Gladiator: Animals Were Also Part of Gladiatorial Games

animal gladiator

Adding animals to gladiator games for entertainment became very popular at the center of Rome and beyond.  Where ever there was an amphitheater, throughout the empire, you could expect animals there as a form of entertainment.   Animal fighting was typically displayed as a form of power and wealth.  Showing off exotic animals from all around the empire made this type of entertainment popular as Romans loved to be surprised.  Many of the animals brought to the games came from all ends of the empire—mainly Africa, Egypt, and Asia.  After the animals were brought to Rome, they were than given to the Beat Masters who would tame and train them for ferocious entertainment. The more exotic and unique the animals were, the better the entertainment would be for roman citizens.

Most animal performances were displayed in either circus acts where animals were trained to do tricks for the audiences or they were intended for death.  Regardless of the form of entertainment, animals were treated cruel for entertainment purposes in ancient Rome along with their masters—if the animals did not give a good show.  Like everything in Rome, death was usually the outcome for not meeting the spectator’s needs.  An example of this would be if lions did not kill the criminal or gladiator.  Many times, the animals brought to the arena would be scared to death due to the crowds screaming and cheering.  They would hide or refuse to kill in the arena.  Since this was considered a failure; the emperor would have and animal trainer and beats killed as punishment.  Animal trainers would try everything to ensure their animals performed for the spectators or Rome.  They would even feed them human flesh to increase their craving for killing humans and beat them constantly to instill fear and anger in them.

Like everything in ancient Rome, it had to be grand to keep the audiences happy.  That is why there was a huge selection of beats and wild animals.  Many of the animals were imported from all around the empire which the romans conquered.  Below is a list of animals to see the appetite the Rome had for this form of brutal entertainment!  It should be noted that this list is not limited to these animals.  These were just the most popular used for entertainment purposes.

List of Animals used for entertainment in ancient Rome
·         Antelopes and various deer

·         Apes and Monkeys

·         Bears

·         Buffaloes

·         Bulls

·         Camels

·         Cheetahs

·         Crocodiles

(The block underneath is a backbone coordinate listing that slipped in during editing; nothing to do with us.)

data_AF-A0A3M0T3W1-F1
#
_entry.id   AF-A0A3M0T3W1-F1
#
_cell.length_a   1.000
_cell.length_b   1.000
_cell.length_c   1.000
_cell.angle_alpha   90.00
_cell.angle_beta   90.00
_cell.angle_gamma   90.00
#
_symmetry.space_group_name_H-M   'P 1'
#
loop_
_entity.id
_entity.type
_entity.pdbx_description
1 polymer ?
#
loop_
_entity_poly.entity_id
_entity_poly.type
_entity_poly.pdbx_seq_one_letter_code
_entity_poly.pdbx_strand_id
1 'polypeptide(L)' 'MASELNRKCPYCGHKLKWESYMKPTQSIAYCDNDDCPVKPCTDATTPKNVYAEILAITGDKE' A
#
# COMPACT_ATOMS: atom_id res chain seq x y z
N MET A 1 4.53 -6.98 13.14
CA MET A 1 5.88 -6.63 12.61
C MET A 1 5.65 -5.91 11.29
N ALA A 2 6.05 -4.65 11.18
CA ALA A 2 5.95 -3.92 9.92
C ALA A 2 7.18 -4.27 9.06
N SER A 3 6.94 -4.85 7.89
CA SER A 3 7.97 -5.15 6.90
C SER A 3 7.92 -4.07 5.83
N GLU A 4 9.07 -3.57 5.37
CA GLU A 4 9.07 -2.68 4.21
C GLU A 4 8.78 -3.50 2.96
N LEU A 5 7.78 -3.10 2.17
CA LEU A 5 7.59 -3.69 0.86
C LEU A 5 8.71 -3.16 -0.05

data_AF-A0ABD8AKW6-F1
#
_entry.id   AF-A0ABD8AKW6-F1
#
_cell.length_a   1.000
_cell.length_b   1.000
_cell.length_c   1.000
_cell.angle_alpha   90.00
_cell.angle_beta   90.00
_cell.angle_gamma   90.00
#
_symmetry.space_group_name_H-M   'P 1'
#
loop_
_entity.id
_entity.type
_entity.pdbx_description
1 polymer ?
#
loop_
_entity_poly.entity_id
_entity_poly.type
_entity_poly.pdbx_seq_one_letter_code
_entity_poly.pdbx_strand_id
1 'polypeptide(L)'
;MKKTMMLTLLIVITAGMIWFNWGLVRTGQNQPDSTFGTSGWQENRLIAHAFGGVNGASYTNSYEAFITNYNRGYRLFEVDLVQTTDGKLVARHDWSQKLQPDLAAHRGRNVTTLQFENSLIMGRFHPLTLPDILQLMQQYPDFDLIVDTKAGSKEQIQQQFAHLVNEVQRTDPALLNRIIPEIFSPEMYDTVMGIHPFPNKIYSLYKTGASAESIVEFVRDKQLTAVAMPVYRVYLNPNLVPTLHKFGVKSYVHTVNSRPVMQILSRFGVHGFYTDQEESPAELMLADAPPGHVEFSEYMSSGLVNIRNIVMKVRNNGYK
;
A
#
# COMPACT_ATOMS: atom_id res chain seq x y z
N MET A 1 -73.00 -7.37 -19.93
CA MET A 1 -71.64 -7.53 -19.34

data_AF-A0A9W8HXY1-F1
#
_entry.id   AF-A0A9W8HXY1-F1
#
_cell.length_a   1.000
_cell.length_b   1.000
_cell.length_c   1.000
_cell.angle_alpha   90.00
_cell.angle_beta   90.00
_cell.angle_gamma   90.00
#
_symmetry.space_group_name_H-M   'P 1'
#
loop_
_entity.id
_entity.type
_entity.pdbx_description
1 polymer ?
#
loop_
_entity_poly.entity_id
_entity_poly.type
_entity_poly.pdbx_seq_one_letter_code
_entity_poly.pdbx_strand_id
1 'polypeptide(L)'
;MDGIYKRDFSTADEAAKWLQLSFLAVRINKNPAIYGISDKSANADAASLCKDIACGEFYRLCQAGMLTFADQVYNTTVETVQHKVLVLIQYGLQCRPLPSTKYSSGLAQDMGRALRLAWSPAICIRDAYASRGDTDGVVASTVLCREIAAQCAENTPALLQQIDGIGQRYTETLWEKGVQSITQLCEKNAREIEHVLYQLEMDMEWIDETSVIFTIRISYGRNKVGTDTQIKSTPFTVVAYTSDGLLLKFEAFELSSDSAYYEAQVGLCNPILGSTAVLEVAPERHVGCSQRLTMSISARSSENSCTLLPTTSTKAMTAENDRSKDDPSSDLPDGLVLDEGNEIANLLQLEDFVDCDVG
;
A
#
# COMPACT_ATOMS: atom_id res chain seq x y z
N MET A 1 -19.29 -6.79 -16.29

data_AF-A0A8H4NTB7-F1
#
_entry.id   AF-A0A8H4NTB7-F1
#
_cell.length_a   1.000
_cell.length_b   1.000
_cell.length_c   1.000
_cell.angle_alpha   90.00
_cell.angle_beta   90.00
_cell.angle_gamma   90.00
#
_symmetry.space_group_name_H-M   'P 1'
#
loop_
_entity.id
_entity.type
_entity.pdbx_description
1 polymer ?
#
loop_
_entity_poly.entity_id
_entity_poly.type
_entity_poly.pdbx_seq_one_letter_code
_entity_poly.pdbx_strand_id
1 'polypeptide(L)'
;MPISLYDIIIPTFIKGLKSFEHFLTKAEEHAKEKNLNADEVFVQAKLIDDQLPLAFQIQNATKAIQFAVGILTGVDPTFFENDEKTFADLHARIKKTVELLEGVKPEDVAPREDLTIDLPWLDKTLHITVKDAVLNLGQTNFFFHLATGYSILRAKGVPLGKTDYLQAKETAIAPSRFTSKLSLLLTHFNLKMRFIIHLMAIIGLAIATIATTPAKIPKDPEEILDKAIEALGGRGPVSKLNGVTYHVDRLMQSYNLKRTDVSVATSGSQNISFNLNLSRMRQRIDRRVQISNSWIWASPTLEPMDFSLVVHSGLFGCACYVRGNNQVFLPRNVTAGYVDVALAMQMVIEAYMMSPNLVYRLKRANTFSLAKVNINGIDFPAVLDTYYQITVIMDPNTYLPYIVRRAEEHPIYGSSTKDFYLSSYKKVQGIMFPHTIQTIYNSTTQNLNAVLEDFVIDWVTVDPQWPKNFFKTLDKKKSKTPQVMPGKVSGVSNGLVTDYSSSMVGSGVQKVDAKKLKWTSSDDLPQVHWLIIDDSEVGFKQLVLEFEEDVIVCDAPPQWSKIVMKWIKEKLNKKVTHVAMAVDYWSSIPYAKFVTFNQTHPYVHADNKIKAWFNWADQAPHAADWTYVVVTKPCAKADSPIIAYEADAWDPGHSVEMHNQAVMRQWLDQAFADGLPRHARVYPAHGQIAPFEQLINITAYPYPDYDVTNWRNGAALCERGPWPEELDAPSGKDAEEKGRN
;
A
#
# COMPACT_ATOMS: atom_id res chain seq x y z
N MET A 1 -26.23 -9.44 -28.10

·         Deer

·         Dogs and Wolves

·         Donkeys

·         Elephants

·         Giraffes (this is debatable)

·         Goats

·         Hippopotamus

·         Hyena

·         Donkey

·         Jaguars

·         Leopards

·         Lions

·         Panthers

·         Rhinoceros

·         Snakes

·         Wild boar

 

Roman entertainment had a detrimental effect on animal populations.  Many of these animals would be brought to the brink of extinction.  The demand for exotic animals was so high, that many animal traders became extremely wealthy.  It was recorded at the Inaugural games of the Flavian Amphitheatre, also known as the coliseum; nearly 9000 thousand animals were killed in 80 AD.  Most of the animal fights normally took place in the morning.  This was just one example of many where animals were killed as a form of entertainment to delight the crowds of Rome.

A type of gladiator specifically trained to kill wild animals was called the Bestiarii.  These types of fighters are mistakenly called gladiators.  However, the term gladiator can be used interchangeably when describing these beast fighters.  It should be noted that the word gladiator is referred to the one who fights other men in combat.  These gladiators were not trained with the traditional gladiators and had their own school and professional identity as all other gladiators did in ancient Rome.  They also had their own armor and weapons which signified their difference among the fighters of Rome.  Many of these gladiators were volunteers and slaves who wanted to fight these wild beats instead of human combat.  Bestiarii could be divided into two categories.  The first were the ones condemned to death by the beats and the second where those who chose to fight these beasts for compensation and glory.  The ones who embarked on fighting animals for pay were called Venatio which means hunting in Latin.

Click on the below topics to explore and learn more about the Ancient Roman gladiators and how influenced Roman culture!

 

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